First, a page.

Phillipsburg, NJ, is in west central New Jersey in Warren County along the Delaware River. It is directly across from Easton, PA, a moderately sized industrial city. Catasauqua is about 15 miles or so to the west on the Lehigh River between Lehigh and Northampton counties in PA. The whole area of the Lehigh Valley was a popular destination for Slovak workers because of the presence of Bethlehem Steel and numerous cement plants.
I am attaching the 1910, 1920, and 1930 census pages that have John and Mary on them (*.pdf format). Though I am primarily interested at present in this family tale, tracking it has led me to several other questions that must be answered.
I think the 1920 census sheet, which shows John alone as a lodger and no Mary, tends to give credence to at least part of the family tale.
There actually were residents with the name Kalmar in the Phillipsburg area in the 1910, 1920 censuses. There are still people with the name Kalnas, though I'm not sure whether they are related to John's family.
"Dr. Joe Q" <doctor_jq@...
The "alien" or "citizen" designation was made by the
enumerator (these were reasonably educated people, but
sometimes lacking in knowledge of Europe [and looking
at their work they were not acquainted with any part
of Europe east of the Rhine River]). These
enumerators had the job of visiting each household and
filling in the various blocks of the census forms. I
swear that some of these public employees avoided
particular parts of their districts. I know fo
certain that some of my relatives lived in the same
house for 35 years but only showed up on one census.
Well, put away the soap box.
You have provided a couple of spellings of the names -
Kalnas, Kolnacz, Kalmar and several locations
Phillipsburg, Catasauqua, New York City. I cannot
find these names in the 1930 census.
Where were they in 1930 and how were the names
Regarding the alien classification, my great
grandparents were listed a aliens and citizens in the
1900, 1910, and 1920 cens(i)us depending who was
filling out the form. Remember my relatives were new
comers, they had accents and did not understand
English and the enumerator was in a hurry - - - there
were blocks and blocks of foreigners to be questioned,
so why should there be a special investigation
regarding answers? just write down what was thought
to be heard.
The story about returning to the old country is not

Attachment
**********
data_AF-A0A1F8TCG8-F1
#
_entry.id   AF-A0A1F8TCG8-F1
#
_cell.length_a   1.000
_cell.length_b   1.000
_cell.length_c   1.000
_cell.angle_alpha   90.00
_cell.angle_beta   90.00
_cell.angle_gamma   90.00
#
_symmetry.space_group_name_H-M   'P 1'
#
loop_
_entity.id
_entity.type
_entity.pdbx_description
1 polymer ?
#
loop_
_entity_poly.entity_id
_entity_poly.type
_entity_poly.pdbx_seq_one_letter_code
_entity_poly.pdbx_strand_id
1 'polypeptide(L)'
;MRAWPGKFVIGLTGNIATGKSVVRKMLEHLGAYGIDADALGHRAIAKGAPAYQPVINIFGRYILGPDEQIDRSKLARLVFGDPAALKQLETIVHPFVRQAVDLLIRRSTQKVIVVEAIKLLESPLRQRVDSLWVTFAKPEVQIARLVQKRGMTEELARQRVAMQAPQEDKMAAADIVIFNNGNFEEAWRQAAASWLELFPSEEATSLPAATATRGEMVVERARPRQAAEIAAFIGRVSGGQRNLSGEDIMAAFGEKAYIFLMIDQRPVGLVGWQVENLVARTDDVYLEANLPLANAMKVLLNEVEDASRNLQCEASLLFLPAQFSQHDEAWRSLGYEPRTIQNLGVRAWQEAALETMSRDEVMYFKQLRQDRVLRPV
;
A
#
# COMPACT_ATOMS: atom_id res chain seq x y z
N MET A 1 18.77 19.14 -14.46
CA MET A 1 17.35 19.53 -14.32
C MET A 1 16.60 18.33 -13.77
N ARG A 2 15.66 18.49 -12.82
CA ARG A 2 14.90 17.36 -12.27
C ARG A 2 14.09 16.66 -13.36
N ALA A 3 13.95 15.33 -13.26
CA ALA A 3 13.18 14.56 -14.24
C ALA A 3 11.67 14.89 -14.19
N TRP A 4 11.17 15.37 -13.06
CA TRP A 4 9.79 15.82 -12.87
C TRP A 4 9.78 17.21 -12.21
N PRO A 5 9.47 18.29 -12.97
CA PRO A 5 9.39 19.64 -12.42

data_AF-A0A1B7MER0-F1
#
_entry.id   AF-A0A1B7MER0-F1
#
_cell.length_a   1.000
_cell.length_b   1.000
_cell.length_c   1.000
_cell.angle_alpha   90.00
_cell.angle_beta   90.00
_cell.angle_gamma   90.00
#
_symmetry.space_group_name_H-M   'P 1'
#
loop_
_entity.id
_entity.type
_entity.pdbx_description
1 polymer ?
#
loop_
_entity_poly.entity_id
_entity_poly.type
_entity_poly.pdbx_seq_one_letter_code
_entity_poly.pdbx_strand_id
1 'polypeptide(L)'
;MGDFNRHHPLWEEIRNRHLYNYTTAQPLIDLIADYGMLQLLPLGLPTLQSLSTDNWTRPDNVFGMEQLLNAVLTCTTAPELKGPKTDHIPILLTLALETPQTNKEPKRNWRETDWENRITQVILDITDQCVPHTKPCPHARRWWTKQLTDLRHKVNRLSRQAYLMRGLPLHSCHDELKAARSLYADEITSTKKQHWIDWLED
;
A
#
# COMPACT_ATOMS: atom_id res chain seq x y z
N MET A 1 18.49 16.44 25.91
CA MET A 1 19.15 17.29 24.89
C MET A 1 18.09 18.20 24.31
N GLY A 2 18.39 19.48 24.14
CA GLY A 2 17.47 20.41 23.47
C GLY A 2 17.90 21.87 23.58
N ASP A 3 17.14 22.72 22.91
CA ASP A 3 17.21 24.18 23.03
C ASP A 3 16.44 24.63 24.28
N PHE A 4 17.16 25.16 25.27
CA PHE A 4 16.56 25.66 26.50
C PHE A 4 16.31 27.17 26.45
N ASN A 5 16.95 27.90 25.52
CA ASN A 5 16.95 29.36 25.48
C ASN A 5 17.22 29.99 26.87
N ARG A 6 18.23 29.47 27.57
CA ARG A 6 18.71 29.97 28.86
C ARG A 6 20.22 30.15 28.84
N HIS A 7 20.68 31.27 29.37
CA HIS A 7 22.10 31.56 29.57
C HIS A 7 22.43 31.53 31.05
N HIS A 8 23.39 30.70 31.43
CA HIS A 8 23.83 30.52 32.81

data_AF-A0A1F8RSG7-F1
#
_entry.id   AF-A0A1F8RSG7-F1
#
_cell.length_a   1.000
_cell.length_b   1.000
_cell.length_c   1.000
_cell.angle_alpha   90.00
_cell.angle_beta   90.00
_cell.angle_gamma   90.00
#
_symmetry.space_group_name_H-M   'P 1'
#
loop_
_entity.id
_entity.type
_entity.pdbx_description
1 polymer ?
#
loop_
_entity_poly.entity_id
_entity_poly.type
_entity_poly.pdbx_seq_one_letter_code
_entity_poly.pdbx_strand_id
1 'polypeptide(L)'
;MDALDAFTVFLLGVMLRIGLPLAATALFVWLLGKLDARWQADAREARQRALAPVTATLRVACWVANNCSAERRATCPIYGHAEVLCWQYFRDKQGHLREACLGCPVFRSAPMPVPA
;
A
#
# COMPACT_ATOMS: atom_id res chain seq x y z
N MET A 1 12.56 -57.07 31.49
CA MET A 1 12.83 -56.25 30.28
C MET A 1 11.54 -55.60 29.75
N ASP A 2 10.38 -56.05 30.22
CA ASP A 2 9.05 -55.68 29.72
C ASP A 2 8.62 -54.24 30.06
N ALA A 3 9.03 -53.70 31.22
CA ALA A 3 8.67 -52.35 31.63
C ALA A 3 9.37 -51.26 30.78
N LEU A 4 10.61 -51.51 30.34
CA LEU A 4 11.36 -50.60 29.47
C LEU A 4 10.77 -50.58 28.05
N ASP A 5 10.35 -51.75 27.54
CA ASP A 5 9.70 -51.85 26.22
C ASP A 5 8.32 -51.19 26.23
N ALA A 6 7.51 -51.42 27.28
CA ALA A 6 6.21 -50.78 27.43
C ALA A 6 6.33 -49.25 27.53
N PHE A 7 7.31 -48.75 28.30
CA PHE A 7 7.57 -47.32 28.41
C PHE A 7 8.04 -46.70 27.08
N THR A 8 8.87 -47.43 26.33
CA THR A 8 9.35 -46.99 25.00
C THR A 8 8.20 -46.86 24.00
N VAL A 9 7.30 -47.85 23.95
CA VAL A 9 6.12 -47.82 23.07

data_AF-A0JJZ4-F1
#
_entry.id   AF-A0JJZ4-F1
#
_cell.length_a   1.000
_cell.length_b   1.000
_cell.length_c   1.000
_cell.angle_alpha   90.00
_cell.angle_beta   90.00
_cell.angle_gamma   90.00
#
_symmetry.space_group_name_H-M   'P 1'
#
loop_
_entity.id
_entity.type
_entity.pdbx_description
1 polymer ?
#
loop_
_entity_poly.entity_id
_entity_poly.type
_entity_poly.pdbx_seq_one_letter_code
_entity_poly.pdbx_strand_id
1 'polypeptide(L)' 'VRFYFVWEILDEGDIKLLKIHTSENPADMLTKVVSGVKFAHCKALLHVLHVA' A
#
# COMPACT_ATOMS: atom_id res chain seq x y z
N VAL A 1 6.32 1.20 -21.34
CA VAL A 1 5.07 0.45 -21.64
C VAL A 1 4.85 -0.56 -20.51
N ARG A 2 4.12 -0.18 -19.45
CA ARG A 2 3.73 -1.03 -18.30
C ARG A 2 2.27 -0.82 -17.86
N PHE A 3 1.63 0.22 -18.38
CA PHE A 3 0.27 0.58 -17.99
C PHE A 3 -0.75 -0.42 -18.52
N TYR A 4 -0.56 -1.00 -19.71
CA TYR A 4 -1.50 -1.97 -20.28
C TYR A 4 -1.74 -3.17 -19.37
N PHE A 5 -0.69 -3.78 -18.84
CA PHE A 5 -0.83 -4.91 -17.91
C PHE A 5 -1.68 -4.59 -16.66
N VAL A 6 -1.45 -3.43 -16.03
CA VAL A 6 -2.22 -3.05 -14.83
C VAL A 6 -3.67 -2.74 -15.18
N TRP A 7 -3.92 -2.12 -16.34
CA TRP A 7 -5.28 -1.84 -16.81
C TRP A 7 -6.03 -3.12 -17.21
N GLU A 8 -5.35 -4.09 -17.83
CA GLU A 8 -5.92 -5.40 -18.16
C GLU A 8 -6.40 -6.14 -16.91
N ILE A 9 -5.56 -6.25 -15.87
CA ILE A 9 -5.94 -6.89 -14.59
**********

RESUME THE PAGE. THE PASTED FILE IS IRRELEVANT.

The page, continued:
unusual. My grandmother and her sister were born in
the US in the 1890s and her parents returned to
Slovakia about 1897. My grandmother returned to the
US I 1912; her sister and a brother born in Slovakia
returned to the US in 1923. Being trapped during
WW1 is understandable.
Until you have the concrete data, everything has to be
kept as a maybe. Do not add a point of data that
feels good to you or seems to fit the picture. You
must have the evidence.
The passport information is interesting and is
probably a very useful bit of data. I cannot help you
understand the meaning of the number, it is certainly
--- robert_shive <robert_shive@...
> My great aunt Mary Beganyi came to the US in late
> 1904. She married
> John Kalnas (Kolnacz per his marriage license
> application) in 1908 in
> Catasauqua, PA. Shortly afterward, they moved to
> Phillipsburg, NJ.
> According to family lore, Mary made a return visit
> to Slovakland
> sometime after the start of World War I. Supposedly
> she was "trapped"
> over there by the War and couldn't get back until
> well after its end.
> According to the story, she might not have been
> allowed back into the
> US at all except that her husband was a citizen. In
> trying to figure
> how much belief to put in this story, my main piece
> of information has
> been the 1930 census. In it, John and Mary are both
> listed as aliens,
> not even having filed a declaration of intention.
> On the Ellis Island website, I have found a manifest
> for the vessel
> Aquitania, which arrived at NYC from Cherbourg on 20
> JUL 1923. Three
> of the passengers are Mary Kalmar (30), Marguerit
> Kalmar (13), and
> Arpad Kalmar (9). Their destination is Alpha, NJ,
> immediately next to
> Phillipsburg. Mary Kalmar's age makes her born in
> 1893; "my" Mary was
> born in late 1889. There is also a typed entry on
> Mary's line in the
> manifest that says Passport 110149.
> I can believe that it would be possible for someone
> typing a manifest
> from a handwritten list to mistake Kalnas for
> Kalmar. Based on what I
> know, the rest of the information is
> inconclusive--in the "maybe" realm.
> Anyone have any thoughts on the best way to proceed
> from here? What
> does "Passport 110149" mean? Is it a US number and
> if so can I get a
> copy of the application? Can a US passport even be
> issued to someone
> who is not a citizen? Questions upon questions.
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